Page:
10 Diet Tips for Leanness & Performance
Excerpt from “Ten Superior Diet Tips for Leanness & Performance” via PoliquinGroup.com:
1. Take Control of What You Put In Your Mouth
Now is the time to make informed choices about what and how you eat. Be empowered by your decisions, and remember that no one ever ate anything by accident.
2. Get Fat Adapted
To do it, you need to restrict carbohydrates in favor of protein and fat so that your body burns fat rather than glucose. One of many problems with living off carbs is that you have to continually eat them every few hours in order to maintain blood glucose levels. It’s not a very efficient way to fuel the body and it inhibits fat loss.
3. Eat Fats That Are Good for You
In practice, eating whole “good fats” means to opt for minimally processed oils (olive and coconut), various nuts, avocados, olives, and organic animal fats from pastured meat, eggs, and dairy. Avoid processed fats such as canola, soy, or refined olive oil. Never ever eat trans-fats and avoid all packaged foods that contain sneaky trans-fats and other unpleasant things.
4. Restrict Carbohydrates When Eating Good Fats
One reason mainstream nutrition is scared of recommending a high-fat intake is due to the fear that people will simply eat more fat (particularly processed and trans fats) in addition to their high-carb diets. This is bad news. But, eating good fats from whole food sources, while restricting carbs to select vegetables and fruits has a completely different and favorable effect.
5. Restrict Carbs to Reduce Free Radicals & Extend Your Life…Leanness Too
Restrict carbs (other than fruits and vegetables) to become a fat burner. The effect is fewer free radicals, less DNA and cell damage, a neuroprotective effect on the brain, better body composition and greater metabolic flexibility. You’ll have healthier mitochondria, less inflammation, and a longer life. Not bad.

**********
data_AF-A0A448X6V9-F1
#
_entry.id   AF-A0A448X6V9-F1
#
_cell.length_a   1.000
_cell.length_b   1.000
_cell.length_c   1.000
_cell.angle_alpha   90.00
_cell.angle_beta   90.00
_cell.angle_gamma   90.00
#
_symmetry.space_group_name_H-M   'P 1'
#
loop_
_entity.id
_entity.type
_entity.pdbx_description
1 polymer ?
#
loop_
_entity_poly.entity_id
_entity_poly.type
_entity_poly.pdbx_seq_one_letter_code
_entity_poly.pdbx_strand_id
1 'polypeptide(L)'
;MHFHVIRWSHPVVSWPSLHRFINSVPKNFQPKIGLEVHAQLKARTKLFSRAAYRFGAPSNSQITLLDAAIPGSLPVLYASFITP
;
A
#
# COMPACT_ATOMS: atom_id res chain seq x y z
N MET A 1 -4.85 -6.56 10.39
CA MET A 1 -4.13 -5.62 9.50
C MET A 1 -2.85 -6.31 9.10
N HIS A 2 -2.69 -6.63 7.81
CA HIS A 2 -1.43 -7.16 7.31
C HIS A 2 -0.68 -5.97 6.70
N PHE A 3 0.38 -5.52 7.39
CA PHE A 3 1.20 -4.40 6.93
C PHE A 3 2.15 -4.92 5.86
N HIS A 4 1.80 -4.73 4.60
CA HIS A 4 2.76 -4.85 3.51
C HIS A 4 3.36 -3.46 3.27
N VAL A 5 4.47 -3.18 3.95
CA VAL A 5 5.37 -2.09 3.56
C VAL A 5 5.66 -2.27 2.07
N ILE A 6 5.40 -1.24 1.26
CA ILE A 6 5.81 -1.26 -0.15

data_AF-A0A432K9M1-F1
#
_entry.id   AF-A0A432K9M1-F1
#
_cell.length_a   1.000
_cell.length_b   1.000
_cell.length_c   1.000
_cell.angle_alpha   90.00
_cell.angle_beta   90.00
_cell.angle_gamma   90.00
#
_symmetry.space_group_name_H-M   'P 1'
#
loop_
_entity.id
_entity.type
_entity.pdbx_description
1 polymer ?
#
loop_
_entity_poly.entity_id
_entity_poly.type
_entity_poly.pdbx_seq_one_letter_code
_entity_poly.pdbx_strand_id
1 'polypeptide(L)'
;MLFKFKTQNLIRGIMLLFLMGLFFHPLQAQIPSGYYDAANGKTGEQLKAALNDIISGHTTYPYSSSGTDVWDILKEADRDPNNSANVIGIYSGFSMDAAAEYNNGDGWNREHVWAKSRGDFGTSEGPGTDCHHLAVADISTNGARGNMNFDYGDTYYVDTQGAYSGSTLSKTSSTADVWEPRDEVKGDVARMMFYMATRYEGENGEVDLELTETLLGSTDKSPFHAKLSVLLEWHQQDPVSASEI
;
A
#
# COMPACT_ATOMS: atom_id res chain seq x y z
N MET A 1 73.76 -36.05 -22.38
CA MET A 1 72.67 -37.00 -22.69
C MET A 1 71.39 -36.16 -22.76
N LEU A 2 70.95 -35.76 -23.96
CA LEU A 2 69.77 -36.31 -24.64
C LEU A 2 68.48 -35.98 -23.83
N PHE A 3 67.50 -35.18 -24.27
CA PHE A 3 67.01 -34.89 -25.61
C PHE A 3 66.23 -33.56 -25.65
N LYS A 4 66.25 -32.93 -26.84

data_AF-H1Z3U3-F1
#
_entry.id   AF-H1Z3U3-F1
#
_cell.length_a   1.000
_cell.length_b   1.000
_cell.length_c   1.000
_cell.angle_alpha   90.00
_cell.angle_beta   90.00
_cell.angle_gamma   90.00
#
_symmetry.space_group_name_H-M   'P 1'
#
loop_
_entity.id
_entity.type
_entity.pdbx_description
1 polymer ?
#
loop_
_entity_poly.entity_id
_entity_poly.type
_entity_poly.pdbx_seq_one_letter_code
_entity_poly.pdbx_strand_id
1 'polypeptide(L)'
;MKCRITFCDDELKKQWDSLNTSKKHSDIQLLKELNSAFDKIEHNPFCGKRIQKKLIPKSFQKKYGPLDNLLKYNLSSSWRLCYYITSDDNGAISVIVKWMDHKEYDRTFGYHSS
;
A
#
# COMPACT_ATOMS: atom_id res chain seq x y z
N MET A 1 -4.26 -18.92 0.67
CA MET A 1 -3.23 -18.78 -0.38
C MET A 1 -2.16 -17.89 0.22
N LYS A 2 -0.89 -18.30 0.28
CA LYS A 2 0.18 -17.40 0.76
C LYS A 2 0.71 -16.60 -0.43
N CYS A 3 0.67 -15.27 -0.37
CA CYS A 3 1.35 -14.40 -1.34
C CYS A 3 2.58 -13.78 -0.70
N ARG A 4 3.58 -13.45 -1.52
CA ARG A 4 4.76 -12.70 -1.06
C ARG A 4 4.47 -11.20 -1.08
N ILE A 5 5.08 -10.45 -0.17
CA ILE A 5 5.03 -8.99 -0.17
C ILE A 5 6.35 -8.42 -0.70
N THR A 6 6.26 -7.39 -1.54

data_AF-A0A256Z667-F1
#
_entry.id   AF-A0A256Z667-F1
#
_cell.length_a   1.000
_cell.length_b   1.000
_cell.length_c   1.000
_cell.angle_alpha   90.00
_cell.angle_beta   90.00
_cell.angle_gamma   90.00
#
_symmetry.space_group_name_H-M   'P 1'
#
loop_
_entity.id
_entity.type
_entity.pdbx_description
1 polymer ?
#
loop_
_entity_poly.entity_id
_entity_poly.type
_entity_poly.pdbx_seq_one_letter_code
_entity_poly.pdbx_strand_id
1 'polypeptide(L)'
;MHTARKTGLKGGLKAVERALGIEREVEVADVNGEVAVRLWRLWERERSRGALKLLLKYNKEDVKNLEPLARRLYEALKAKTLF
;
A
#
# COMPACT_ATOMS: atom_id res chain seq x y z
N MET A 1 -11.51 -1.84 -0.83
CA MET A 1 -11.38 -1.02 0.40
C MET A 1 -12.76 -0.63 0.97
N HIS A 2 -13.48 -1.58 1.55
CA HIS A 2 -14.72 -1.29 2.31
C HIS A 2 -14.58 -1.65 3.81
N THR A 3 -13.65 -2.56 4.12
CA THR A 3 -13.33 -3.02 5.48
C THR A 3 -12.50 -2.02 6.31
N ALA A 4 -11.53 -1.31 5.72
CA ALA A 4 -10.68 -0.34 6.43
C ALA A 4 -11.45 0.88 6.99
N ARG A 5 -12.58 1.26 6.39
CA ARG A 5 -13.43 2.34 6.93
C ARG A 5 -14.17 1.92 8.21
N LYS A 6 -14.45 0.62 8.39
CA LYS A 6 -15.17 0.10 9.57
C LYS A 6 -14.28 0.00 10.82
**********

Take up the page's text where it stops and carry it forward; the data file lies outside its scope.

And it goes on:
6. Reduce Damage With Fruits and Veggies
- Magnesium—very low in the diet today and needed for mitochondrial function as well as stress reduction.
- Zinc—not dangerously low in meat and shellfish eaters, but low zinc is a disaster for preventing inflammation and supporting mitochondria.
- B12 and Folate—due to difficulties metabolizing folate, and simply not enough B6 and 12 to counter stress, extra of all three may be warranted. A study of pro soccer players showed that higher B vitamins correlated with better antioxidant status.
- Vitamin D—lack of daily sunlight makes supplementation essential.
- BCAAs and Leucine—may reduce pain and soreness from hard training due to how they enhance protein synthesis, particularly if your dietary protein intake is low.
- Carbs—yes, carbs. Some people think that restricting carbs means no carb (it doesn’t), and athletes, especially female athletes with an endurance component , tend to suffer on low-carb diets. The female athlete triad has been linked (not definitively) to lack of carbs, while no-carb diets have been associated with increased stomach cancer rates and health problems.